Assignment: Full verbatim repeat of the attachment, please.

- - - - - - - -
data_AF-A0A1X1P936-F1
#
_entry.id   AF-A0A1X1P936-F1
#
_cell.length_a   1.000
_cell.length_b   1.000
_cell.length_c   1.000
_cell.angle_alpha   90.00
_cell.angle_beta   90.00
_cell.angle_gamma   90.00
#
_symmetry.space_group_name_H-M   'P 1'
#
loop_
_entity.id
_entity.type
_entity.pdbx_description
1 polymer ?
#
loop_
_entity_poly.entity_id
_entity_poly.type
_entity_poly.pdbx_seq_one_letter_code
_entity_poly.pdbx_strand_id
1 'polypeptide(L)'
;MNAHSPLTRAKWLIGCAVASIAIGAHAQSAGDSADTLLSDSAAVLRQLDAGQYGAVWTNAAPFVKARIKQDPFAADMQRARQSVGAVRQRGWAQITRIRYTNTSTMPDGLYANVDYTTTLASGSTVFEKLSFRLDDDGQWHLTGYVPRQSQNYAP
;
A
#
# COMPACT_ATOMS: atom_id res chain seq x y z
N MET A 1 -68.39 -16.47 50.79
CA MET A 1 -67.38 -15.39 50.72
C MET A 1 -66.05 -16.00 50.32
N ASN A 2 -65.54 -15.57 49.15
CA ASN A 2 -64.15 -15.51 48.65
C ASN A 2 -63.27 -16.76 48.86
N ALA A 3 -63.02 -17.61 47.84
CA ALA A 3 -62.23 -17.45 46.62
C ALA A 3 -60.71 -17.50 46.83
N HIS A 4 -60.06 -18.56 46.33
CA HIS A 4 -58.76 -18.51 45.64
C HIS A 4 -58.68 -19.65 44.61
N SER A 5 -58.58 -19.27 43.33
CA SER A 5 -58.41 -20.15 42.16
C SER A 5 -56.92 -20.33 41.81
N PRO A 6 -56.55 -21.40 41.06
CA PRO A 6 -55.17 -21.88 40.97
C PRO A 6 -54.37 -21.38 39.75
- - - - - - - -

data_AF-A0A1X1P936-F1
#
_entry.id   AF-A0A1X1P936-F1
#
_cell.length_a   1.000
_cell.length_b   1.000
_cell.length_c   1.000
_cell.angle_alpha   90.00
_cell.angle_beta   90.00
_cell.angle_gamma   90.00
#
_symmetry.space_group_name_H-M   'P 1'
#
loop_
_entity.id
_entity.type
_entity.pdbx_description
1 polymer ?
#
loop_
_entity_poly.entity_id
_entity_poly.type
_entity_poly.pdbx_seq_one_letter_code
_entity_poly.pdbx_strand_id
1 'polypeptide(L)'
;MNAHSPLTRAKWLIGCAVASIAIGAHAQSAGDSADTLLSDSAAVLRQLDAGQYGAVWTNAAPFVKARIKQDPFAADMQRARQSVGAVRQRGWAQITRIRYTNTSTMPDGLYANVDYTTTLASGSTVFEKLSFRLDDDGQWHLTGYVPRQSQNYAP
;
A
#
# COMPACT_ATOMS: atom_id res chain seq x y z
N MET A 1 -68.39 -16.47 50.79
CA MET A 1 -67.38 -15.39 50.72
C MET A 1 -66.05 -16.00 50.32
N ASN A 2 -65.54 -15.57 49.15
CA ASN A 2 -64.15 -15.51 48.65
C ASN A 2 -63.27 -16.76 48.86
N ALA A 3 -63.02 -17.61 47.84
CA ALA A 3 -62.23 -17.45 46.62
C ALA A 3 -60.71 -17.50 46.83
N HIS A 4 -60.06 -18.56 46.33
CA HIS A 4 -58.76 -18.51 45.64
C HIS A 4 -58.68 -19.65 44.61
N SER A 5 -58.58 -19.27 43.33
CA SER A 5 -58.41 -20.15 42.16
C SER A 5 -56.92 -20.33 41.81
N PRO A 6 -56.55 -21.40 41.06
CA PRO A 6 -55.17 -21.88 40.97
C PRO A 6 -54.37 -21.38 39.75